The FDA has confirmed that there is sufficient data to support the advancement of E2609, an investigational oral beta-secretase–cleaving enzyme (BACE) inhibitor, into phase 3 clinical studies. E2609 is being jointly developed by Eisai Co., Ltd., and Biogen Inc. for the treatment of patients with early Alzheimer’s disease (AD).
By inhibiting BACE, E2609 decreases beta amyloid proteins in the brain, potentially improving symptoms and slowing disease progression.
Based on clinical and preclinical data presented to the FDA at an “end of phase 2” meeting, the FDA confirmed that the data package was sufficient to commence phase 3 studies, and the agency approved the protocol designs for two phase 3 clinical studies. Patients with early AD will be treated with either E2609 (50 mg per day) or placebo, and the primary efficacy endpoint––the Clinical Dementia Rating Sum of Boxes (CDR-SB)––will be assessed at 24 months.
The phase 2 trial of E2609 was a multicenter, randomized, double-blind, placebo-controlled, parallel-group study designed to evaluate the safety of E2609 in patients with early-to-moderate AD (including prodromal AD), with amyloid beta accumulation confirmed by positron emission tomography (PET) screening. The study included three dosages of E2609: 5 mg per day, 15 mg per day, and 50 mg per day. Plasma and cerebrospinal fluid (CSF) amyloid beta levels were measured in patients before they received E2609 and during the study.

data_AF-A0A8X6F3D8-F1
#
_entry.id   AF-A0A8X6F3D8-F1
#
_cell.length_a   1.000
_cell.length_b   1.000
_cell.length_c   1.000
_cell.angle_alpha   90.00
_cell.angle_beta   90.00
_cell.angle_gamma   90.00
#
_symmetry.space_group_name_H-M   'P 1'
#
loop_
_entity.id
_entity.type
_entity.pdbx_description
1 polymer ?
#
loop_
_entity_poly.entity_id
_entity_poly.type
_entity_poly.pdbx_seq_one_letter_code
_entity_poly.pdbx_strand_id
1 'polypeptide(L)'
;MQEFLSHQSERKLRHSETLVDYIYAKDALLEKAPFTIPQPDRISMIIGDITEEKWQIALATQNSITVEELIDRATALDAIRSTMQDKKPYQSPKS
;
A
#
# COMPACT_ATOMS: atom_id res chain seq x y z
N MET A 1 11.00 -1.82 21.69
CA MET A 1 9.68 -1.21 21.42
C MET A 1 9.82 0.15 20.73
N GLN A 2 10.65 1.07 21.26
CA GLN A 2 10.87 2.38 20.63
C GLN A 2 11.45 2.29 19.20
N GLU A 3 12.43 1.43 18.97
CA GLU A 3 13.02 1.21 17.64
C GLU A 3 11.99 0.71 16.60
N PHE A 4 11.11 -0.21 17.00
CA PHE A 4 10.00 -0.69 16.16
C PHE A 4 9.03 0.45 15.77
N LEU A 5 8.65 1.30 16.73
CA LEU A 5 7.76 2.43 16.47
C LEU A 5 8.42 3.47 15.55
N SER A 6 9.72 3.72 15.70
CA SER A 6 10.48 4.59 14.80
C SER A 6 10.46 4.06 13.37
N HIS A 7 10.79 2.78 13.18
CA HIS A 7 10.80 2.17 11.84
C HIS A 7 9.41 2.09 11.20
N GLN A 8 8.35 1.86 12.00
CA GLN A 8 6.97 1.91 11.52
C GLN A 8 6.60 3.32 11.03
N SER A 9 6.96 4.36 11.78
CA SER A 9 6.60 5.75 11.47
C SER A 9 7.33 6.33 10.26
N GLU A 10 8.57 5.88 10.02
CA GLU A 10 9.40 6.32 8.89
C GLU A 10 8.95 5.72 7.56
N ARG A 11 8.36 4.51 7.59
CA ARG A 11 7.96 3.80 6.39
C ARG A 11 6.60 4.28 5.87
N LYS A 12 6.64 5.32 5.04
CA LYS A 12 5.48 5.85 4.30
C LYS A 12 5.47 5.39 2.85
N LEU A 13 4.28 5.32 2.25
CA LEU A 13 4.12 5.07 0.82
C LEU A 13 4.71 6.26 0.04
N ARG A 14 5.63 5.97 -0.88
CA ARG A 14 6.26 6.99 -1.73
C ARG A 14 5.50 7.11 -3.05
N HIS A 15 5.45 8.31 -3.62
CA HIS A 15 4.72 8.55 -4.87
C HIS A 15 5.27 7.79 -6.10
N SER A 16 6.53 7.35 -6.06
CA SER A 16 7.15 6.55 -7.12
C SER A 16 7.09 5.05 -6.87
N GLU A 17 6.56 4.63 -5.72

The results of this study suggested favorable safety at all doses of E2609, and showed that total amyloid beta levels in the plasma and CSF were reduced in a dose-dependent manner. In addition, according to an analysis of safety and pharmacokinetic/pharmacodynamic data, the optimal dosage of E2609 was identified as 50 mg per day.
Source: Eisai; August 9, 2016.